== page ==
Pequot Lakes woman finds some of life’s sweetest rewards foraged in the wild


Chantal Netzer, Pequot Lakes, standing in front of her 10-foot pyramid trellis filled with heirloom green beans, has made her hobby of foraging and gardening into a business. She sells her herbal teas and jewelry and soon will open Sweet Leaf Farm, a fruit orchard and cut flower business.

CHANTAL NETZER HAS ALWAYS BEEN DRAWN TO NATURE. As a young girl, she would walk through the woods, collecting and playing with plants. She’d spend hours in her grandparents’ gardens, enchanted by the sights and smells of life taking root. She would eat the produce straight from the vine, before it was even ready to be picked. Her parents also had gardens and enjoyed working with the earth. So it’s no surprise that foraging and growing plants continues to play a deep, meaningful role in her life.

Plants are medicinal, spiritual and beautiful, as integral to life as breathing.

Chantal often forages for plants. If she can’t find them in the woods, she grows them herself. And no matter where she’s lived, including Los Angeles and Montana, she’s had a garden. Since 2012 she has made and sold her own jewelry, using foraged herbs, flowers, and minerals. Bezels are cut from pure copper sheet and formed by hand utilizing foraged materials. Crystals used in her jewelry were found on hiking adventures in the mountains.

In addition to selling her handmade jewelry, she also started her own herbal tea business in 2012. Her sleep tea, which can help reduce anxiety and provide a deeper sleep, is made of seven ingredients — passionflower, chaga melanin, wild lettuce, blue pea flower, wood betony, hops flower and peppermint. It’s a top seller. She ships her tea blends all over the country and will do one-on-one consultations with clients to make them their own special blends. She grows or forages most of her tea ingredients. She is primarily self-taught, and even studied advanced biology and chemistry on her own. Last year she graduated from the International School of Detoxification in Florida, a rigorous certification that expanded her knowledge on using natural herbs and medicines to detoxify.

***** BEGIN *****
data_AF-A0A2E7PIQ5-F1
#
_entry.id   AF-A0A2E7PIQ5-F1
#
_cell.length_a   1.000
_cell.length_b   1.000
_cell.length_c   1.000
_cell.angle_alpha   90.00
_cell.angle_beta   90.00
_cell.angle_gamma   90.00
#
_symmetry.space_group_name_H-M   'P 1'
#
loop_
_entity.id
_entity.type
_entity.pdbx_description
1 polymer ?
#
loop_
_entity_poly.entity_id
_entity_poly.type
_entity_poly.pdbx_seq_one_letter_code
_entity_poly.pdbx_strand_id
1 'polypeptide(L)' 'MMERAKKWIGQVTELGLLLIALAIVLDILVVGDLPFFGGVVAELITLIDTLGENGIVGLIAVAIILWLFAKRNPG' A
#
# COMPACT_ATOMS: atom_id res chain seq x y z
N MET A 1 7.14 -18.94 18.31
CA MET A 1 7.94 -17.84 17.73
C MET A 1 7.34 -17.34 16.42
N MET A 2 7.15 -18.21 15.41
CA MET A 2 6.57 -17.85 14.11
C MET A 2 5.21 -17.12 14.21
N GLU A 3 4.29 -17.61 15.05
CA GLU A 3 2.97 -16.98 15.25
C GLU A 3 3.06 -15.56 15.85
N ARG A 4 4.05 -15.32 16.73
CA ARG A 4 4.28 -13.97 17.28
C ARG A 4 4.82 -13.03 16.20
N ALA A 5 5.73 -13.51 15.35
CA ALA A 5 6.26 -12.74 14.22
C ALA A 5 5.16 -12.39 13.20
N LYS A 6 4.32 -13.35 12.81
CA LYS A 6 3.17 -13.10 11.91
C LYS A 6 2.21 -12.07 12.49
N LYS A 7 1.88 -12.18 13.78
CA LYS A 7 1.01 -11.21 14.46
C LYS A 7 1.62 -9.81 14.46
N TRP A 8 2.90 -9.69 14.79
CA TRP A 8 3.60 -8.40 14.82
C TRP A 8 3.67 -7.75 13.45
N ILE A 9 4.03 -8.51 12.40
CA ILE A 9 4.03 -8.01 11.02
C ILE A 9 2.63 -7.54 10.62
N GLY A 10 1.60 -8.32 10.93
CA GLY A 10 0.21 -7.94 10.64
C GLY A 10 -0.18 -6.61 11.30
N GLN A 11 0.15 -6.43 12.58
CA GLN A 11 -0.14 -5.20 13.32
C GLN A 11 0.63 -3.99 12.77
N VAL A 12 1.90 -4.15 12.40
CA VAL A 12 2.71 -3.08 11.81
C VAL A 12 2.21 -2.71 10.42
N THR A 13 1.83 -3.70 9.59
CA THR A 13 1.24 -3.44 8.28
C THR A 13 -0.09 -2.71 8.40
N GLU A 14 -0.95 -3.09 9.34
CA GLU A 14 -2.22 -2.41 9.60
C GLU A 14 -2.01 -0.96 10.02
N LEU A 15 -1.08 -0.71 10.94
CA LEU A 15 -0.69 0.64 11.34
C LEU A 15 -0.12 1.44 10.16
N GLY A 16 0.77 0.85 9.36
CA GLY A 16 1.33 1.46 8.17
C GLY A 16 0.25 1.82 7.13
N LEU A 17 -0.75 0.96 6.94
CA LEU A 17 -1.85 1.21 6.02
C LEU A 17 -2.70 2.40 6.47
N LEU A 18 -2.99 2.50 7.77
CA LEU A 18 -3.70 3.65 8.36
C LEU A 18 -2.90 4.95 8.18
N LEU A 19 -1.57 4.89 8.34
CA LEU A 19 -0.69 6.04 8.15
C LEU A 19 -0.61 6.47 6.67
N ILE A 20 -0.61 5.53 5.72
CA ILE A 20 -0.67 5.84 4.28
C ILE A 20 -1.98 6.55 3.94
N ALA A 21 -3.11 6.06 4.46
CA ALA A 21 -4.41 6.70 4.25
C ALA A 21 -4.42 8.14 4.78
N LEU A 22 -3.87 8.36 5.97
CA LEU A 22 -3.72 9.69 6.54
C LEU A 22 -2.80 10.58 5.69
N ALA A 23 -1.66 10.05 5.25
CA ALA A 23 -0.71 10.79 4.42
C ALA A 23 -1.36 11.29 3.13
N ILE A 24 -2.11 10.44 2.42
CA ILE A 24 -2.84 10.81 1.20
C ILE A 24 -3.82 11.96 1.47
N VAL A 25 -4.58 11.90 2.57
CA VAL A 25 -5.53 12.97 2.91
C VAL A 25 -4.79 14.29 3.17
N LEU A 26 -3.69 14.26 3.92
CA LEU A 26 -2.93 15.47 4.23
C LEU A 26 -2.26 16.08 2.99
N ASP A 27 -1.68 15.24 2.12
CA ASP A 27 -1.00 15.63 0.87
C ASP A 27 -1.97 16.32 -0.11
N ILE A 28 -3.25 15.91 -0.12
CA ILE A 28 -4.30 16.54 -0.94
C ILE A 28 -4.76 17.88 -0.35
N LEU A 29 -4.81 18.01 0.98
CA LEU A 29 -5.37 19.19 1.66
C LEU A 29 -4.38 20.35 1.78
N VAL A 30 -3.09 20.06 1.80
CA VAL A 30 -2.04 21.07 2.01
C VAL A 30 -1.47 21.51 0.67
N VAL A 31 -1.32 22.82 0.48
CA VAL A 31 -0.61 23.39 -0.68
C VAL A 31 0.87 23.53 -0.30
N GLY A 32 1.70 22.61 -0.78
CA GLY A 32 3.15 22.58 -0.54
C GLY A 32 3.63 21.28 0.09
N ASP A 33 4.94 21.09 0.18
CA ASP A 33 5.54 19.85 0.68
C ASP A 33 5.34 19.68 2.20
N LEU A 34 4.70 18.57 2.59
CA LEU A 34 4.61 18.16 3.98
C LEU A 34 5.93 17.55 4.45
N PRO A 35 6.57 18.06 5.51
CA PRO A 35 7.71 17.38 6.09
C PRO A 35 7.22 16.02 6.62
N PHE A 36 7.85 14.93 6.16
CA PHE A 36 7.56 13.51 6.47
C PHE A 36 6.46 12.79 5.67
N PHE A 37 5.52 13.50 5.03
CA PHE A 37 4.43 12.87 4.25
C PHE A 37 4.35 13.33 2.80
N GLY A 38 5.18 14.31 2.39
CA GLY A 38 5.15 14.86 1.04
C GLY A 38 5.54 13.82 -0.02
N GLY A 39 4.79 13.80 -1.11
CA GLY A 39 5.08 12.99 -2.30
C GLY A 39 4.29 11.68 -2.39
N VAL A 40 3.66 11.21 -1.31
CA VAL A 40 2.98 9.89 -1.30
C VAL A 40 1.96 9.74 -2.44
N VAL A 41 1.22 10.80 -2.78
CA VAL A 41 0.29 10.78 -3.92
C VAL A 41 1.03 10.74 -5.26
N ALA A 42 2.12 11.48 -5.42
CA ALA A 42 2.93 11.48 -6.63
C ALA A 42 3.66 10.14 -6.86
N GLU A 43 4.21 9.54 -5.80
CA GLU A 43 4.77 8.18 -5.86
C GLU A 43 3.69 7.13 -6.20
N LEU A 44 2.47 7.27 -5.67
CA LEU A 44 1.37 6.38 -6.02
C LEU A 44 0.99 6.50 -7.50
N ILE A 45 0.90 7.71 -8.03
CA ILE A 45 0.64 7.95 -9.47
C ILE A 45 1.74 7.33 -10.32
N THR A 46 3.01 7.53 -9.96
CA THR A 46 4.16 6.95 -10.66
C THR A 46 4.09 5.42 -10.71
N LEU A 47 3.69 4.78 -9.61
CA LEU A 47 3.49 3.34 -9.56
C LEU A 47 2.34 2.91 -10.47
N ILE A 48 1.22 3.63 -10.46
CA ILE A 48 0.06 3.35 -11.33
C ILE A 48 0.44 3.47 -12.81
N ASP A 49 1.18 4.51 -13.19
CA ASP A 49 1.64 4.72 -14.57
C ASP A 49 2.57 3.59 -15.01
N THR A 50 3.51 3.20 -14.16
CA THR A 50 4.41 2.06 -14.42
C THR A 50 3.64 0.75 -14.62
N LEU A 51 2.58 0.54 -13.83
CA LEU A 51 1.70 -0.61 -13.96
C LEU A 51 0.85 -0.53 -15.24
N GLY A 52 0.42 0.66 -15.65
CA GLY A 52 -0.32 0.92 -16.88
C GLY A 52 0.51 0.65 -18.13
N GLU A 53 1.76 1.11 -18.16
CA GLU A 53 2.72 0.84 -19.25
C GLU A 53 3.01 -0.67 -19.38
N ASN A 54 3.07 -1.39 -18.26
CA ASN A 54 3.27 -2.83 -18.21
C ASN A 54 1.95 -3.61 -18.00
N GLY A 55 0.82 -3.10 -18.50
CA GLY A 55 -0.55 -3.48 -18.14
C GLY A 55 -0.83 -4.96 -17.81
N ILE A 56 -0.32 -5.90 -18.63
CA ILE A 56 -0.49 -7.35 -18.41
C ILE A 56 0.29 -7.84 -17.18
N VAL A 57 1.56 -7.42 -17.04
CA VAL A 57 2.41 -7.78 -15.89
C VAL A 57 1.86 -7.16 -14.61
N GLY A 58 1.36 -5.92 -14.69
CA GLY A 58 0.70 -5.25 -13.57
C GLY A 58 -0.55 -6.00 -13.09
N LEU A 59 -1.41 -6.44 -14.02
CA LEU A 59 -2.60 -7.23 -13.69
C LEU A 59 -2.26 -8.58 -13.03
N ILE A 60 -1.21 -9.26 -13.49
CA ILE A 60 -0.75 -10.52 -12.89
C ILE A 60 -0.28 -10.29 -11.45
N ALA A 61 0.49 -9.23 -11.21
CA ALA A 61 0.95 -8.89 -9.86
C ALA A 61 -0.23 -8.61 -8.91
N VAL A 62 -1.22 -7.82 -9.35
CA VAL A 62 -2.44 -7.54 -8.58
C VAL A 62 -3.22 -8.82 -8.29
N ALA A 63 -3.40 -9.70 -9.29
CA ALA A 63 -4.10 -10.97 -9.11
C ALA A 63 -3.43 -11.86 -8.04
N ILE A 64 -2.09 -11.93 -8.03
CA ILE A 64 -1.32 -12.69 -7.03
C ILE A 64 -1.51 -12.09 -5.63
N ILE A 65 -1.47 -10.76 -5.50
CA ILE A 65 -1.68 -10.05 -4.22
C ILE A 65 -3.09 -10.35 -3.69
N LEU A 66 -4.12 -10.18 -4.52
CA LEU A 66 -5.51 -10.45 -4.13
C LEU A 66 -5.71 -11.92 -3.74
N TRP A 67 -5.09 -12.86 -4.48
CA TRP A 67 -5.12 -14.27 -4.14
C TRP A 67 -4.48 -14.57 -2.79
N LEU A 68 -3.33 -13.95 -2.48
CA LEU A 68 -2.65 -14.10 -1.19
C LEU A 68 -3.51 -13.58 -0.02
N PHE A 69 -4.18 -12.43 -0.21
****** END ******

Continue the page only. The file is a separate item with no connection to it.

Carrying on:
Sweet Leaf

“Making teas is a serious business,” Chantal explains. “You have to know what you’re doing. One herb may be good for one person, but not for another. There is an art and science to blending herbs.”

Chantal is both an artist and scientist, intrigued by the growing process and its beauty.

“Everything captivates me about plants,” she says. “It fascinates me to watch them bloom and then harvest it. It’s an incredible feeling. I sometimes sit in the garden and stare at the plants.”

This Blue Moon Bath Tea blend made by Netzer includes chrysanthemum, butterfly pea flower, blue cornflower, and yellow roses.

Chantal spent three years working at the Treehouse in Pequot Lakes, where she helped expand their herbal offerings. She also learned a great deal about the plants she loves to grow. In addition to the thirty varieties of herbs she grows in her garden, she enjoys the challenge and rewards of growing fruit, even in Minnesota. She grows grapes, apples, gooseberries, jostaberries, honeyberries, elderberries, strawberries, blackberries and blueberries.

When she’s not working in her own garden, Chantal has her own landscaping and cleaning business. Last year she and her fiancé, Braden Palmer, purchased farmland west of Pequot Lakes, where they plan to build a home this summer. As she walked the property, she was excited to discover many large patches of sweet leaf growing on site. Sweet leaf (mondarda fistulosa) is a native wildflower and medicine used by Native Americans. It has a rich, buttery taste and magnificent smell and is high in essential oils, she says. It has unique burn healing properties and works wonders for many other ailments. Chantal has planted sweet leaf wherever she has lived.

As a result, Sweet Leaf Farm was born.

Chantal and Braden plan to build a fruit orchard, and she will be expanding her herb and cut flower gardens. Sweet Leaf Farm is her dream come true.

“This is my happy place,” she says with a smile as she walked through one of her many gardens last summer.

To learn more about Sweet Leaf Farm, visit

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